• There is no place for Olympic bronze medallist Alan Campbell, who is apparently still recovering from illness.
  • Lightweight brothers Peter and Richard Chambers will race in different boats for the first time since 2015 after Richard was named in the double and Peter in the non-Olympic-class pair.
  • Charlotte Taylor will join Olympic champion Kat Copeland in the only Olympic-class boat for lightweight women, the double. Imogen Walsh, who has been ill this winter but won singles trials, races the single in Poznan. Matthew Pinsent has been taking flak from Taylor’s club after calling it “Putney Rowing Town” in commentary last year. He is taking it in good part.



Wondering how on earth Olympic qualifying works? Crews have to finish within a certain cut-off at the World Champs in September. The left-hand column below shows how many places are on offer and the other columns show how the top nations fared last year.


Dan “Fatsculler” Spring blogged: “I asked Jurgen Grobler whether this [selection] was a pragmatic decision based on Olympic qualification at this year’s World championships….there are 11 spots in the 4- but only 5 for the 8. He gave me a detailed and in-depth answer which, basically, said yes.” 

Meanwhile, what of Katherine Grainger’s last partner?



 Another recent GB retiree, Zac Purchase was not content with live-tweeting during the London Marathon (he completed the course in 3h55m). He’s now tweeting pics of his kid in action too. 


Celtic god sighted in Putney

Single women will be beating a path to the Putney Embankment when they read about Stephen Feeney, a Celtic god, a giant among men.

Telegraph lifestyle writer Alice Smellie has had the pleasure of rowing in a double with Mr Feeney - who may make her feel "like a Lilliputian" but is actually a former international lightweight, who now splits his time between coaching the Kings College, Wimbledon J15s and running a team-building business called Team Dynamix.

After she has finished drooling, Ms Smellie sums the rowing stroke up thus: “Clearly one holds the oars when rowing and therefore it seems obvious that your arms are in charge of hoicking them through the water. This is not the case. Apparently, your entire body is working out, except for your arms.”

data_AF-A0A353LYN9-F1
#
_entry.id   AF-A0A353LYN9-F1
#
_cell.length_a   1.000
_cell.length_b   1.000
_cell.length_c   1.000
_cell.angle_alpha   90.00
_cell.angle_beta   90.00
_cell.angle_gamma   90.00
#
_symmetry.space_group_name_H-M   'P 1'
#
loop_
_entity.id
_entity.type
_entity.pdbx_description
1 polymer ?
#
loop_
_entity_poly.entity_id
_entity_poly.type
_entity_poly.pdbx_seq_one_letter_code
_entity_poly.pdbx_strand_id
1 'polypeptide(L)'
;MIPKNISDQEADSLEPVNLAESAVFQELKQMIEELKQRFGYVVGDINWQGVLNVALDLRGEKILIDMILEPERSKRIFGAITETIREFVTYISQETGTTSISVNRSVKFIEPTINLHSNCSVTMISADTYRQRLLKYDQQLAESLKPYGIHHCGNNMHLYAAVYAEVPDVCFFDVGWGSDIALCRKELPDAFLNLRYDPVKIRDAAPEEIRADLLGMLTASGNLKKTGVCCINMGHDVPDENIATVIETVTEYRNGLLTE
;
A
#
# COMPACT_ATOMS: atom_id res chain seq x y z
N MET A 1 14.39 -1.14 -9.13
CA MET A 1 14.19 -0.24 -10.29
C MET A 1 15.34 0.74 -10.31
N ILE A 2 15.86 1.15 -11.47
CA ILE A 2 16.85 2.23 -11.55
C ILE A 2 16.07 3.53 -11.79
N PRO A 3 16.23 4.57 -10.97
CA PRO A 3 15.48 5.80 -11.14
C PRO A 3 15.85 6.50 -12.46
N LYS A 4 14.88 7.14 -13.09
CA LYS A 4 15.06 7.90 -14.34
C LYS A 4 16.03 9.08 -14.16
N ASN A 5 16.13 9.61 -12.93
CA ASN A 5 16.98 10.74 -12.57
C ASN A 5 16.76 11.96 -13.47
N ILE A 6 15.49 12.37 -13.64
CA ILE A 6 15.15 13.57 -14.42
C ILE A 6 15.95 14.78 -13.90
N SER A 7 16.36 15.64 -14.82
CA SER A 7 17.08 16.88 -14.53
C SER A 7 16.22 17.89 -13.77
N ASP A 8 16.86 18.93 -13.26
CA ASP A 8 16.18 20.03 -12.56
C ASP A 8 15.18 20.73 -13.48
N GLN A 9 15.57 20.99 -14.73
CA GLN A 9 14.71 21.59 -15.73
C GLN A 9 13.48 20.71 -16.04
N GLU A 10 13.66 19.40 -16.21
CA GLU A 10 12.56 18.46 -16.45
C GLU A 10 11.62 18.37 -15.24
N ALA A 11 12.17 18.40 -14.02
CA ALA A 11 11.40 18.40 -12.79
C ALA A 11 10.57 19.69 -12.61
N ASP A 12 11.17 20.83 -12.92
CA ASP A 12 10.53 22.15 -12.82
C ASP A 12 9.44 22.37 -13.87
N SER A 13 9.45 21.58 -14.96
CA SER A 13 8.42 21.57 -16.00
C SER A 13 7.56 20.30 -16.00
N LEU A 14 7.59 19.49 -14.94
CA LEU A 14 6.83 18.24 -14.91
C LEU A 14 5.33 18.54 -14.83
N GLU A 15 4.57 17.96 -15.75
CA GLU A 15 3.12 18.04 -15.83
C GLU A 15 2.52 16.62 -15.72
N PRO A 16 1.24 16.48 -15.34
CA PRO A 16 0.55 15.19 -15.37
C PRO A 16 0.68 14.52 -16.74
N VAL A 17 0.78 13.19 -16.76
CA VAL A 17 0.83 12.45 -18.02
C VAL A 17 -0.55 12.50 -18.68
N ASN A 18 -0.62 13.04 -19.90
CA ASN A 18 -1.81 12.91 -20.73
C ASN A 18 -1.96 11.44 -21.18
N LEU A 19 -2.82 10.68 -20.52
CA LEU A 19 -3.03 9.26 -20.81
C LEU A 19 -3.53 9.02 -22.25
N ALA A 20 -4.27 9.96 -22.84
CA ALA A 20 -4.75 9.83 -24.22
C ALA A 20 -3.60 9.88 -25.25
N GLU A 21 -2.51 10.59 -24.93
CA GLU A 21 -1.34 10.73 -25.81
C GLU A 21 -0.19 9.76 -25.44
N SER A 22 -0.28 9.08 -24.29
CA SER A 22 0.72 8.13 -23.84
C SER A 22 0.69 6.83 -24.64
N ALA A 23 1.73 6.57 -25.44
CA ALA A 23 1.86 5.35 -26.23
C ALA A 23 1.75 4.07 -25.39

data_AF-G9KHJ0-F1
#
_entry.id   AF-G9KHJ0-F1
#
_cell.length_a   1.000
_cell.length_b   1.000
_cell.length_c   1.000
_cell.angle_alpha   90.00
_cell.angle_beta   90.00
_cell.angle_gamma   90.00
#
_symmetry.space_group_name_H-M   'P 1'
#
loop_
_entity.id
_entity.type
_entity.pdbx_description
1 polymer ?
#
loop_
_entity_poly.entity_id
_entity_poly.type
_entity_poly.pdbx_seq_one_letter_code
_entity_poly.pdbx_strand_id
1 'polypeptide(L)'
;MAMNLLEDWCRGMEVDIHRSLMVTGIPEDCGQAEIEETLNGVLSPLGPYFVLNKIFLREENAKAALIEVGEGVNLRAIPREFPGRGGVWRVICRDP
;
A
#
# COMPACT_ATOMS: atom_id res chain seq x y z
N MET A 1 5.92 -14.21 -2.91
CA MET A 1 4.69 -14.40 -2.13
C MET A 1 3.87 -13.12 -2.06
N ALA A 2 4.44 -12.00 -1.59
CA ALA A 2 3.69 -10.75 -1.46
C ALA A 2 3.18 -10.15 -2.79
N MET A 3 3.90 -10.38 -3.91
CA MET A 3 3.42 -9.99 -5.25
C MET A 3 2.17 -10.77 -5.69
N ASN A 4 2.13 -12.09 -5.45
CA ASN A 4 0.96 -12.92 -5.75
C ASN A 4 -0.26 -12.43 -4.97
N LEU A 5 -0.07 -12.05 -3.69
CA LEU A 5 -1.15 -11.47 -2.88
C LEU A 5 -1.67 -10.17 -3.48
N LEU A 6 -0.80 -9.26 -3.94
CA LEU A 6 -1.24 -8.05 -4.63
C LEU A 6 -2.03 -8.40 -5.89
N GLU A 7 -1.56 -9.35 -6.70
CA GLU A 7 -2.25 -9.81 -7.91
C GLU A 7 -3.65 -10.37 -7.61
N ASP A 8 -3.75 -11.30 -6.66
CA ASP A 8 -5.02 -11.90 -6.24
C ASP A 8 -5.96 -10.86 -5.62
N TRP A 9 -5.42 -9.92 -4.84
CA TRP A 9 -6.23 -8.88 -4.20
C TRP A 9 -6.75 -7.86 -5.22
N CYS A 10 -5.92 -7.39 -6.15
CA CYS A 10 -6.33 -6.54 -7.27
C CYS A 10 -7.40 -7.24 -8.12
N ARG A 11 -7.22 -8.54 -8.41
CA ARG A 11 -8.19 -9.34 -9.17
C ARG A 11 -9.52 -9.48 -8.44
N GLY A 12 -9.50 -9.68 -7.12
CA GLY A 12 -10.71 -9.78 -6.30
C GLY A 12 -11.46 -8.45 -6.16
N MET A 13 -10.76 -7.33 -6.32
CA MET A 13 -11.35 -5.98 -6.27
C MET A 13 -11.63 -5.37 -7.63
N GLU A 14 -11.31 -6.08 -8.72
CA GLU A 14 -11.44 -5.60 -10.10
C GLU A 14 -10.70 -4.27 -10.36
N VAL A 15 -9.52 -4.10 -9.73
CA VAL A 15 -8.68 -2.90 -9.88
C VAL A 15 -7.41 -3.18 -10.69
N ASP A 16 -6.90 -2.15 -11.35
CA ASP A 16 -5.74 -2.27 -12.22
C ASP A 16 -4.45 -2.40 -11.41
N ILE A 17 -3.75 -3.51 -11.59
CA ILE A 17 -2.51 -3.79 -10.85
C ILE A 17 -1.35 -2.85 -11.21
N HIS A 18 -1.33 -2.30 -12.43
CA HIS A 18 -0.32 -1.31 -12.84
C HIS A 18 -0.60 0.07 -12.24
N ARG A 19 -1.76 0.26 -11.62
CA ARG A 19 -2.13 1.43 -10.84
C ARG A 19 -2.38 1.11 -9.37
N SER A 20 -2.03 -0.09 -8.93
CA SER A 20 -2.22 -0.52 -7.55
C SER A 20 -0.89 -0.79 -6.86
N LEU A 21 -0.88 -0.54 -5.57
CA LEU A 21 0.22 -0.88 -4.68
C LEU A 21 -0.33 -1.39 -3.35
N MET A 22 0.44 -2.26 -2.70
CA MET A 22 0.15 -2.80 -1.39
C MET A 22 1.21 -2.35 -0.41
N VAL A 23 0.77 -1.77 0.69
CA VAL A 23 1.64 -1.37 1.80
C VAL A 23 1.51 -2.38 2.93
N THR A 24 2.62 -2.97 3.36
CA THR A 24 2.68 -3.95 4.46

Hopefully that makes things clearer.


Twickenham takes time out

Twickenham Regatta normally takes place on Nat Schools weekend but the organisers have been forced to cancel this year’s event, in part because the entries they received were so diverse.

 A statement from the committee said: “Unfortunately, the overall mix of this year's entry is beyond even our capabilities to create a large enough programme of racing to be financially viable.”

Many responded by bemoaning the over-bearing influence of regattas at Dorney Lake. Other river events both in the same area and further afield – I’ve been at Bedford and Thames Ditton regattas in the last few weeks – have been bursting at the seams, but they have been made up largely of junior crews so this weekend is never going to be an easy one.

If you have views on the British regatta scene, we would love to hear from you. Leave a comment below or tweet with the hashtag #TheRowlup.


Henleywatch: Eights

Looks like the Yale Bulldogs are on their way to Henley this year, with the University of Washington among their possible opponents in the Ladies Plate.

It isn’t immediately clear who is eligible for which Henley event (potentially Ladies, Temple and Thames respectively) but Leander, Oxford Brookes and Thames RC were involved in a real ding-dong battle at Ghent Regatta earlier this month. Brookes got revenge on the men in pink the following day, winning by a canvas.


And finally...